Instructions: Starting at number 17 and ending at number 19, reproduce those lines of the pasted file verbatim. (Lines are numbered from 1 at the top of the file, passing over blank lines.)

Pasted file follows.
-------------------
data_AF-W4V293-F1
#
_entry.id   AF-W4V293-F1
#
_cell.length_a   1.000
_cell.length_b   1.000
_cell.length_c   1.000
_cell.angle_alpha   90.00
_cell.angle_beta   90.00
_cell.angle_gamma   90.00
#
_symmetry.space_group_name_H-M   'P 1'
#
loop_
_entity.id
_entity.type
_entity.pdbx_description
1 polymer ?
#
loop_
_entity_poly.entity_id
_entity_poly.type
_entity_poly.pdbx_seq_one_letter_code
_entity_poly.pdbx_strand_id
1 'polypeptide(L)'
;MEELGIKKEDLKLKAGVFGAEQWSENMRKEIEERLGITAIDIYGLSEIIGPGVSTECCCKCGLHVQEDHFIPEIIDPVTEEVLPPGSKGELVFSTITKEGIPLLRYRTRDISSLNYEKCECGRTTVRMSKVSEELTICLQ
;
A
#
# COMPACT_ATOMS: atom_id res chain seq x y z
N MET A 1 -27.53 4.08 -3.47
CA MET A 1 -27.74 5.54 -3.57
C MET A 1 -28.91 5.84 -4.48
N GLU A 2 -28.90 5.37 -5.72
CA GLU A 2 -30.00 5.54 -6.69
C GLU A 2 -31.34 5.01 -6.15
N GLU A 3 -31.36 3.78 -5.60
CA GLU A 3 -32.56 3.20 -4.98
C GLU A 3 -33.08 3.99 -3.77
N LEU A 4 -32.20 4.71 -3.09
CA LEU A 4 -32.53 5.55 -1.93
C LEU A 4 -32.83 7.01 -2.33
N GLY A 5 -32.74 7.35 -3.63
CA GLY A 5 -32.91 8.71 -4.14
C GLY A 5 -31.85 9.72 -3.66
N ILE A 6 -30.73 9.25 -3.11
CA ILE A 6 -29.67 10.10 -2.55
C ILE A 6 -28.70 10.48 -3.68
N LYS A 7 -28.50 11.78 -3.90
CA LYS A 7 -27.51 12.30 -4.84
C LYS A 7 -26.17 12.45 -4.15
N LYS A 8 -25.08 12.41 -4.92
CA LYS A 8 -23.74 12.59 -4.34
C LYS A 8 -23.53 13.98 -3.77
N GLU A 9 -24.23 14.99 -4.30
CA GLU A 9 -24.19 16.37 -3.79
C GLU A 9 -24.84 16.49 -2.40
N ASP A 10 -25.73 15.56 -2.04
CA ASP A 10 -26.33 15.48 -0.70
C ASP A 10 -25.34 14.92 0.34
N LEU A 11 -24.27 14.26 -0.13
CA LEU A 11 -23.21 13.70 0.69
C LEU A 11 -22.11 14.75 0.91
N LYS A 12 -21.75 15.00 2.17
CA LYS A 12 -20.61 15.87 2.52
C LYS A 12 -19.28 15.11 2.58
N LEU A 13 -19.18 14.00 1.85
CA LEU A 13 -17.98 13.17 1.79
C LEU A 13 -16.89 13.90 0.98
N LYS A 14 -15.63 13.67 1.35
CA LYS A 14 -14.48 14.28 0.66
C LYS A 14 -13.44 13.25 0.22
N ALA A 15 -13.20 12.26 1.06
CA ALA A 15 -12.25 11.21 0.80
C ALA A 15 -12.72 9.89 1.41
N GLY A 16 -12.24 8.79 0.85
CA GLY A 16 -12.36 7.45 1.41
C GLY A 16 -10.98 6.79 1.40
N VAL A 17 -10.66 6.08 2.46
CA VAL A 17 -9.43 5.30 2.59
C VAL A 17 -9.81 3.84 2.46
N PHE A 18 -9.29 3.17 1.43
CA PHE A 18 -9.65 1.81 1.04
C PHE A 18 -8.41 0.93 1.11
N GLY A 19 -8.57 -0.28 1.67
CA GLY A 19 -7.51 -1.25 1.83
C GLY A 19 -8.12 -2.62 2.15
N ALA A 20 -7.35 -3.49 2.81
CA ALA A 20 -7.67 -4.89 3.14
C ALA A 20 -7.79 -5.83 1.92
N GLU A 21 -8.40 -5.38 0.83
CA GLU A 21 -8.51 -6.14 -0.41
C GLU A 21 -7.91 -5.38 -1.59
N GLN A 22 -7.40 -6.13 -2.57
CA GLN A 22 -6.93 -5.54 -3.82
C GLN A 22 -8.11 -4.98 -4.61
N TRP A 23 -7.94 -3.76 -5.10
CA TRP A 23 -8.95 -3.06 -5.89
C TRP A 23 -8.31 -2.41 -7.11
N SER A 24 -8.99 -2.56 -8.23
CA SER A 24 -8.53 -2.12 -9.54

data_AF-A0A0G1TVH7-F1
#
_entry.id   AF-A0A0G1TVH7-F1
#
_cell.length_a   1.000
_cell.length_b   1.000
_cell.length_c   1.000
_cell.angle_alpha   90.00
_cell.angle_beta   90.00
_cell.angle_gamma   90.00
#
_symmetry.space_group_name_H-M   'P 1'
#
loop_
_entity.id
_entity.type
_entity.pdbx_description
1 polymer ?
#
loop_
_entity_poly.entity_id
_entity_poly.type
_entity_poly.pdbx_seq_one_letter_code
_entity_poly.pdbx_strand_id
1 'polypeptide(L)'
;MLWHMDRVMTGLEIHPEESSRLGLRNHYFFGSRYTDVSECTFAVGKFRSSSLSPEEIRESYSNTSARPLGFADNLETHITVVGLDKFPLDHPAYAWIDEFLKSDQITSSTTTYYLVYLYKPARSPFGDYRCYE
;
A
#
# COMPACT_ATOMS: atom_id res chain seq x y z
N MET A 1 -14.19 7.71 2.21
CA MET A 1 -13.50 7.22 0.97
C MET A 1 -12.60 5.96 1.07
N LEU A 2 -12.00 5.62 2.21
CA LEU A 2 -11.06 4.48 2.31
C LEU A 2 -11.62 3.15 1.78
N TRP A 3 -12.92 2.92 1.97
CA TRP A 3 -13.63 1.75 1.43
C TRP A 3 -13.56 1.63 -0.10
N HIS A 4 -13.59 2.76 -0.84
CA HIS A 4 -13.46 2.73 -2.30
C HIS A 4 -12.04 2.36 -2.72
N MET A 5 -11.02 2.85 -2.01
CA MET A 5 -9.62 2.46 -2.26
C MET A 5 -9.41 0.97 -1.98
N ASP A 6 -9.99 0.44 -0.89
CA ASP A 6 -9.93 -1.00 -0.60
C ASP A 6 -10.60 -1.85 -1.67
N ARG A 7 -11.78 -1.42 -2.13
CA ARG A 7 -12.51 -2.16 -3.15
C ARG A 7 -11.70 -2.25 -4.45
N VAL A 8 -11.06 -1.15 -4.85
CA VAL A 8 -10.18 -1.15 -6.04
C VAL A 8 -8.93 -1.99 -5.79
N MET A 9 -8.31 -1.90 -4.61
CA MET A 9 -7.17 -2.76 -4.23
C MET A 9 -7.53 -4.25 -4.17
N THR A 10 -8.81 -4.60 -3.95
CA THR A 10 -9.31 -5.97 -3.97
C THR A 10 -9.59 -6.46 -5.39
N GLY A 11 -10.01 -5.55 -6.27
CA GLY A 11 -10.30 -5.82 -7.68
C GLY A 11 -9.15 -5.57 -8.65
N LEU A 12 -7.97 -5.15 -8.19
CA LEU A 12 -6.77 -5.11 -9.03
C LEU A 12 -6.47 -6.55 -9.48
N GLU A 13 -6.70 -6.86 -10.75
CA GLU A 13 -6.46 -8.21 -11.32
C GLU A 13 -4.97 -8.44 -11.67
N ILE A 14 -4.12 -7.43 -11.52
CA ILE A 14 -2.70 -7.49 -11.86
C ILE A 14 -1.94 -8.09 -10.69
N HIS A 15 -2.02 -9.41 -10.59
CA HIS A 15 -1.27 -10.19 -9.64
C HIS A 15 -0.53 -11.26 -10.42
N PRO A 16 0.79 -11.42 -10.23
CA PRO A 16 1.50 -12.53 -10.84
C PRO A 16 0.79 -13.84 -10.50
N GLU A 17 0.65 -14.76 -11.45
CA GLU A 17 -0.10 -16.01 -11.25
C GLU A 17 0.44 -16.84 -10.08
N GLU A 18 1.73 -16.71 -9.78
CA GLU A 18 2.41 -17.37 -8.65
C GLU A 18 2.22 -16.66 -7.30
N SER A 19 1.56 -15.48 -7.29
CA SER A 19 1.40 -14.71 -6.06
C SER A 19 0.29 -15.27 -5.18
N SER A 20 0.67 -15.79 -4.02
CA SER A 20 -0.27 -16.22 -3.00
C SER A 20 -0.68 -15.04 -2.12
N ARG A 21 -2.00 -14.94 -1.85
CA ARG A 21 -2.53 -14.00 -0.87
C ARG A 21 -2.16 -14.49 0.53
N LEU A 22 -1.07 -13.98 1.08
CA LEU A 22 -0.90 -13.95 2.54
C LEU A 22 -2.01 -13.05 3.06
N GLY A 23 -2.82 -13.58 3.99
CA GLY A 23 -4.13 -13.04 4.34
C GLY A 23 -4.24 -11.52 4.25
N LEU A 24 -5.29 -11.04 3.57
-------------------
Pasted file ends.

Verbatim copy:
_entity.pdbx_description
1 polymer ?
#